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Part

x;1'

fá.everend A4r.

Richard

Baxter.

z

9.

§

39.

But tome

good rote out of all

thefe Evils

:

The

Churches

being

burnt,

and

he

Parilh

Minihers

gone

(for

want

of

places and maintenance)

the

Nonconformills

were

now

mire

refolved than ever,

to

preach

till they were

imprifoned

:

Dr.

Manton

had

his rooms

fill

in

Covent-Garden

;

Mr.

Thomas Vincent,

Mr.

Thomas.

Doolittle,

Dr.

Samuel Anneflcy,

Mr.

Wadsworth,

Mr.

yanoway

at

Rotherfrith,

Mr.

Chefler,

Mr.

Franklin,

Mr.

T

úrner, Mr. Grimes, Mr. Nathaniel rrincent,

Dr.

f

acomb,

(in the

Counters

of

Ewe-

,

ten's- Houfe)

and Mr.

Thomas hí'atfon, &c.

Did

keep

their

Meetings very openly, and

prepared large Rooms, and

fume

of

them plain Chappels,

with Pulpits,

Seats,

and

Galleriesfor the reception

of

as

many

as

could come.

For now

the

peoples

neceffity

was i nqueftionable: For they had none

other

to

hear, faving

a

few Churches

that

could

hold no coníiderable

part of

the people

:

So

that to forbid them

now

to

hear

the

Nonconfcrmiffs,

was all one

as

to

forbid them

all

publick worshiping

of God,

and

to

Command them

to

fort

ke

Religion and

to

live like

Atbeills

:.

And thus

to

forbid

them

to

feek

for

Fleaven when

they

had loft

ahnoft all

that

they had on

Earth,

and

to

take from them

their

fpiritual Comforts, after

all

their

oktward Comfortswere gone,

they thought

a

Cruelty

fo

barbarous,

as

to

be unhefeeming any Man,

that

would

not

own himfelf

to

be

a

Devil. But all this

little

moved

the Ruling Prelates,

facing

that

'flume

retrained

them from imprifoning thePreachers fo hotly and

forwardly

as

before.

The

Independents elfo

let

up

their

Meetings more openly

than before

; efpecially

Mr.

Griffiths

Mr.

Brooks

Mr. Caryl, Mr. Barker,

&C.

And Dr.

Omen

(who

had

before

kept

far off)' and Mr.

Philip

Nie,

and

Dr.

Thomas Goodwin,

who were

their

Leaders,

came

to the

City.

So

that

many

of

the Citizens went

to

thofe Meetings

called

pri-

gate, more, than went

to

the

publick Parifh Churches.

§ 40. Yet

at the

fame

time

it

happily'alfo fell out

that the

Pariah

Churches,

that

were left (landing, had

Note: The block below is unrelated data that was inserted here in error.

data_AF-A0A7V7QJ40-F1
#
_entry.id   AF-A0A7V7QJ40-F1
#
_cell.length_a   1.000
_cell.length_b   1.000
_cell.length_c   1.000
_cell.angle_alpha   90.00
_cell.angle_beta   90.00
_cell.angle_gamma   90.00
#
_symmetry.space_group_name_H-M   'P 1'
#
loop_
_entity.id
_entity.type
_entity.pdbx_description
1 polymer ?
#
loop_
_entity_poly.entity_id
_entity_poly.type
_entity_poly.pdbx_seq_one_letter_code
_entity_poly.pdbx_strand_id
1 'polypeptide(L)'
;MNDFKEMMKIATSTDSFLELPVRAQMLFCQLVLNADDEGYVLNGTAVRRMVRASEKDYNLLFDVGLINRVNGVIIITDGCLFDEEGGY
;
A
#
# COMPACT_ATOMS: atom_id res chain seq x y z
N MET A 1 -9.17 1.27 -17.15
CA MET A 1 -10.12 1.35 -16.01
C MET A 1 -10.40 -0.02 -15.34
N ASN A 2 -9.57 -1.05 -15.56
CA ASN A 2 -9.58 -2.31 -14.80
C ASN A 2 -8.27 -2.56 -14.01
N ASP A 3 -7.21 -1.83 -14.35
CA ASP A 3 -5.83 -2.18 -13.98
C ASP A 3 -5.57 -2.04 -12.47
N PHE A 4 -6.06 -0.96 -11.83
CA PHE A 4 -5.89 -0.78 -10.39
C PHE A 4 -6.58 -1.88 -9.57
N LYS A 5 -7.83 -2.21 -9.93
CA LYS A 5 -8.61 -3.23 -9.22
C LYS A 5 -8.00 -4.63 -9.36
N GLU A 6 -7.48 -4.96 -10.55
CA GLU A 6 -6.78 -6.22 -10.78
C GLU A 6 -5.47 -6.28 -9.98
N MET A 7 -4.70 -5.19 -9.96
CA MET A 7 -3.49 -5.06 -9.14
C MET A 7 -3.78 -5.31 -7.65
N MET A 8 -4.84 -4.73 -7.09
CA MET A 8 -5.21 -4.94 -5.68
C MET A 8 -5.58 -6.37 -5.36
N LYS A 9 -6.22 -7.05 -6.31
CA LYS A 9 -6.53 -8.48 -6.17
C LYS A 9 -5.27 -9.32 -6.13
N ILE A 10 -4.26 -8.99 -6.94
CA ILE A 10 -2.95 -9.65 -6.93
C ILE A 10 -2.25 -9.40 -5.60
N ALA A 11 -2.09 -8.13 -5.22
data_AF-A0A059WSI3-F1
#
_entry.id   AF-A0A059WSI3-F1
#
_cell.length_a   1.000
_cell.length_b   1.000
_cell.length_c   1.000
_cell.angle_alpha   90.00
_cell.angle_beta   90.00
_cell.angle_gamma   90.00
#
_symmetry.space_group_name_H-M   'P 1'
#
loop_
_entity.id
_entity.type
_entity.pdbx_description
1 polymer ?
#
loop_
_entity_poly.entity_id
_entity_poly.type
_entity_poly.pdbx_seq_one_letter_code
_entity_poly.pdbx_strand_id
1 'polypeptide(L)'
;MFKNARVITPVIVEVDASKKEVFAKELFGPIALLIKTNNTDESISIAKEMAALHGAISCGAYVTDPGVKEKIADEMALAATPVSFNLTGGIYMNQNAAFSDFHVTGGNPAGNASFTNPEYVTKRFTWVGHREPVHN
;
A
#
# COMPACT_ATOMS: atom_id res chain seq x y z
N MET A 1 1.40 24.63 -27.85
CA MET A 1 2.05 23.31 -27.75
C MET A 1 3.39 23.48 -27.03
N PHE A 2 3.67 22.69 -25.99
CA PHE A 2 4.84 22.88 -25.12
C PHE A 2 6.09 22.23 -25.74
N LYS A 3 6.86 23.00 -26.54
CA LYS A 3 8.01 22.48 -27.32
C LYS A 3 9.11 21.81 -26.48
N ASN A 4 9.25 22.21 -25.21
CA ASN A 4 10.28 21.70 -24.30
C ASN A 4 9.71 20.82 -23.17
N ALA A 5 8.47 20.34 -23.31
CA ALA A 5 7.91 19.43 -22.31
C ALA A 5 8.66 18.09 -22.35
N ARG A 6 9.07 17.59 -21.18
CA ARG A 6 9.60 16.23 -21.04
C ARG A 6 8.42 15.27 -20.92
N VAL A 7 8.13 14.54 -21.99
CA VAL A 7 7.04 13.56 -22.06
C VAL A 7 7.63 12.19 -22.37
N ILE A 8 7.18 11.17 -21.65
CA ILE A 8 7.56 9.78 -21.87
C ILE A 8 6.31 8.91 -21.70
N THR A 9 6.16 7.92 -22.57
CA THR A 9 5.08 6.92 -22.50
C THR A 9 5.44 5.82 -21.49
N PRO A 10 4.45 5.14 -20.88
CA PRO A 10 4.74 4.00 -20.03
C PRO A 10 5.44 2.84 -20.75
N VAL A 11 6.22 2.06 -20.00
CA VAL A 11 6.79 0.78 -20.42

the

heft and ableft

of the

Conformifts in them.;

efpecially

Dr.

Stilfinfleet,

Dr.

Tillo

fon, Mr.

White,

Dr.

Ontram

Dr.

Patrick, Mr.

Gifford,

Dr.

Whitchcot,

Dr.

Horton, Mr.

Nell,

&c.

So

that

the moderate

fort of

the Citizens,heard

either

fort;

in publick

and private indifferently;

Which

thole

on

the

one

extreme

reproached

all Mens

preaching fave

their own

as

being feditious Conventicles

;

And

thofe

on

the other extreme,

would hear none

that

did

Conform; Or

if

any

heard

them, they

would never joyn with them

in the

Common

prayers

nor

the

Sacra-

ments.

§

45. Mr.

Philip

Nye

before this

(feting the

Independents like

to

fall

under

the

greater

fufferings,

if

they

refiifed

to

hear

in

publick) had

written

a

Mannfcript

to

prove it

lawful

to

hear Conformable Pariíh Minihers

(but not

medling

with

Com-

mon Prayer

or

Sacraments).

(For

before

the

Wars

in 5639

or

i

64o

he and Mr.Tho-

anas Goodwin,

had fall'n

off from hearing

Or

joyning in Common

Prayer and

Sacra-

ments

withthe

Parifhes, and my

Lord

Say

and Mr. Pi;n and

fonhe

others

had

gotthem

to

a

difpute with

Mr. john Ball,

the Nonconformist

who

as

fame

faith,

utterly

baffled

them). But when

Mr. Nye's

Manufcript

carne

out,

one Mr.

Stoneham

of their

own

party

confuted

it,

maintaining

that to

hear the Conformable

Minifers

was a

fin.

And

before

that

a

Pamphlet

came

out

in Mr.7obvGoodwin's name

before his

death,

to

prove

Prelatical Preachers

to

be no

Teachers

or

Minihers of Chrift, and

the

Com-

mon Prayer

to

he

Idolatry

:

And

a

(harper than

that to

the

fame

porpore

came

out

from

a

young

hot

fifth Monarchy Preacher

of

Worcefìerfhire

called Mr.

Brown.

Which

Mr.

`ïohn

rombes

the Anabaptift

anfwered, proving Parifh Communion lawful.

To

which

Brown

largely replyed,

and Mr.

Tombes

made

foie

fhort

defence.

§ 42. About

this time they renewed the

talk of

liberty of

Confcience

(for their

ordinary

ends,

to

keep people in hopes)

s

Whereupon

many

wrote for

it

(efpecially

Mir.

`John

Humfrees

and Sir

CharlesWolfley),

and

many

wrote

againft

it,

as

Dr.

Perin

-

eh

if, and others mo¡tly

without

Naines ;

for

the

Conformists were now grown

fo

hardened

as

not

only

to

do all themfelves

that

was

required

Of

them, but

alfo

to

think

themfelves

sufficient

for the whole Minihcrial work through the Land,

and

not

only

to

confect

to

their

filencing

of their

brethren, but

alfo

to

oppofe

their reftituti-

oa,

and

write molt

vehemently againft

it,

and

against any

toleration

of

them

:

So

little

do

men know when

they

once

enter into

an Evil way, where they ¡hall flop.

Not that

it

was fo

with all, butwith

too

many, especially

with molt of

the

young

men,

that

were

of

pregnant wits,

and ambitious minds, and had fet themfelves

to

feel:

preferments.

§ 43.

On which accounts a

great part

of

thofe

that

were

called Latitudinarians

be-

gan to

change

their temper,

and

to

*amnia

{blue

malignity against thofe

that

were

much

more Religious than themfelves.

At

firft .they were only

Cambridne

Armini-

Cece

z

aas,